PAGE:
In the new study, the researchers used 90 volunteers, aged between 19 and 40, split into three groups. The first group consumed about two and a half pints of beer followed by four large glasses of wine. The second group consumed the same amounts of alcohol, but in reverse order. Subjects in the third consumed either only beer or wine.

A week later, participants in study groups one and two were switched to the opposite drinking order. Control group subjects who drank only beer the first time received only wine on the second study day, and vice versa. These changes provided comparison data and control factors.

Participants were asked about their wellbeing at regular intervals and requested to judge their perceived level of drunkenness on a scale between zero and 10 at the end of each study day. Before going to bed at the study site, all participants received an individualised amount of refrigerated drinking-water tailored to their body weight. All volunteers were kept under medical supervision overnight.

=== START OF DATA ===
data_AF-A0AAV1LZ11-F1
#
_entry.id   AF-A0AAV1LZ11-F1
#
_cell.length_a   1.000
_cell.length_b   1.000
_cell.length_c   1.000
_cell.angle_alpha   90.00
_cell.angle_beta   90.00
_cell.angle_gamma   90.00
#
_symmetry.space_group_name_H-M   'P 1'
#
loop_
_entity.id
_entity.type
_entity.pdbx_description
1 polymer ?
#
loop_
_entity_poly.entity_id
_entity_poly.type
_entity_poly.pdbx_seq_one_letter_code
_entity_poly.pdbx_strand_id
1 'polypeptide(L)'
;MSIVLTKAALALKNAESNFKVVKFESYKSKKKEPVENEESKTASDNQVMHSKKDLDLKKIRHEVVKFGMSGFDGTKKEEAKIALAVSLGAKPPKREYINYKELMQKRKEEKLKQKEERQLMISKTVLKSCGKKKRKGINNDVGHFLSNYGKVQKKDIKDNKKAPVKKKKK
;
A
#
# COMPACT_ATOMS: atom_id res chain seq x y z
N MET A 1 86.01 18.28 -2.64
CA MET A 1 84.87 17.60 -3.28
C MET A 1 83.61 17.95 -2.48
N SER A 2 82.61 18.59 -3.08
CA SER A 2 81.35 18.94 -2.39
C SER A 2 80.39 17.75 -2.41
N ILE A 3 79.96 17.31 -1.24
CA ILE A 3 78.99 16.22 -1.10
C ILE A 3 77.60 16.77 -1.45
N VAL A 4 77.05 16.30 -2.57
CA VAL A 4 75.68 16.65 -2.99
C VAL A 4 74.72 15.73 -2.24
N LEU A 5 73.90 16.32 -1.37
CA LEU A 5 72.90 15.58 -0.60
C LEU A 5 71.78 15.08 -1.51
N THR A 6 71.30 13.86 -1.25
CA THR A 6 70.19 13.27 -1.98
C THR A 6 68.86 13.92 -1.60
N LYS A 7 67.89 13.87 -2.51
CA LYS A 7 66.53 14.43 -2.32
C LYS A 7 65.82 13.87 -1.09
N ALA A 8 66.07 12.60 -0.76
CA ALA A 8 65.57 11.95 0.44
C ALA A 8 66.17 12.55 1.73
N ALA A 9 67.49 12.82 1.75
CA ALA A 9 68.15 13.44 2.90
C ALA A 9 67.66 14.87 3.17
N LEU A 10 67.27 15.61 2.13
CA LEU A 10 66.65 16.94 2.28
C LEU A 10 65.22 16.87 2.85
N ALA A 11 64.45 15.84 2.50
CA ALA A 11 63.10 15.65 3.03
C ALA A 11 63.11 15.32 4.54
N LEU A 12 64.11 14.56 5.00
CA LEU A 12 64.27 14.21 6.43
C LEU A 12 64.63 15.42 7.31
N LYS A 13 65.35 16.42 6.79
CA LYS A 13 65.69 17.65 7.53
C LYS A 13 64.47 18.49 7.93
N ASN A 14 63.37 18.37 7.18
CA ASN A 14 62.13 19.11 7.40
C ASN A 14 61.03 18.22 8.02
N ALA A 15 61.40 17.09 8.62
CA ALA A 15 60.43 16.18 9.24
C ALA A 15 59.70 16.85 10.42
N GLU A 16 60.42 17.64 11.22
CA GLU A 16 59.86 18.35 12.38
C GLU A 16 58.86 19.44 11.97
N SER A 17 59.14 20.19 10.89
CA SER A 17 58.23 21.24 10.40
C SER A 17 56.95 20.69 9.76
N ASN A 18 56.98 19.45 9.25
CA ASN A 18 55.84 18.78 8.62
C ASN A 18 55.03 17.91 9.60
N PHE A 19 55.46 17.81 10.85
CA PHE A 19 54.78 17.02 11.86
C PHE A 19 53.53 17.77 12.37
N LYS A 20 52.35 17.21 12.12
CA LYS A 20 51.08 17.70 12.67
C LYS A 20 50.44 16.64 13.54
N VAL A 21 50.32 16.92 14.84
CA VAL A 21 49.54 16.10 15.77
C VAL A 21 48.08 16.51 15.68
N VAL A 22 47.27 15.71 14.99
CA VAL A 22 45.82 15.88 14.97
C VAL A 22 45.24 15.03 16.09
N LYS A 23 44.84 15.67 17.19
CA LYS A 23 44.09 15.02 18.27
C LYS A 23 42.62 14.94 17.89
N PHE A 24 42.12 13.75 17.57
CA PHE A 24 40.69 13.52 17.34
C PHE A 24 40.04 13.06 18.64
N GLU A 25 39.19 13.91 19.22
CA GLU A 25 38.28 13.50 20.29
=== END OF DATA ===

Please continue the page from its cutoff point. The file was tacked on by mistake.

The following day, participants were asked about their hangover and given a score from zero to 56 according to the standard Acute Hangover Scale (which, yes, turns out to be an actual thing). Scores were based on factors including thirst, fatigue, headache, dizziness, nausea, stomach ache, increased heart rate and loss of appetite.

The researchers found that none of the three groups had a significantly different hangover score regardless of alcoholic drink order. Women tended to have slightly worse hangovers than men. While neither blood and urine tests, nor factors such as age, sex, body weight, drinking habits and hangover frequency helped to predict hangover intensity, vomiting and perceived drunkenness were associated with heavier hangover.

“Using white wine and lager beer, we didn’t find any truth in the idea that drinking beer before wine gives you a milder hangover than the other way around,” says first author Joran Kochling, from Witten/Herdecke University.

“The truth is that drinking too much of any alcoholic drink is likely to result in a hangover,” he says. “The only reliable way of predicting how miserable you’ll feel the next day is by how drunk you feel and whether you are sick. We should all pay attention to these red flags when drinking.”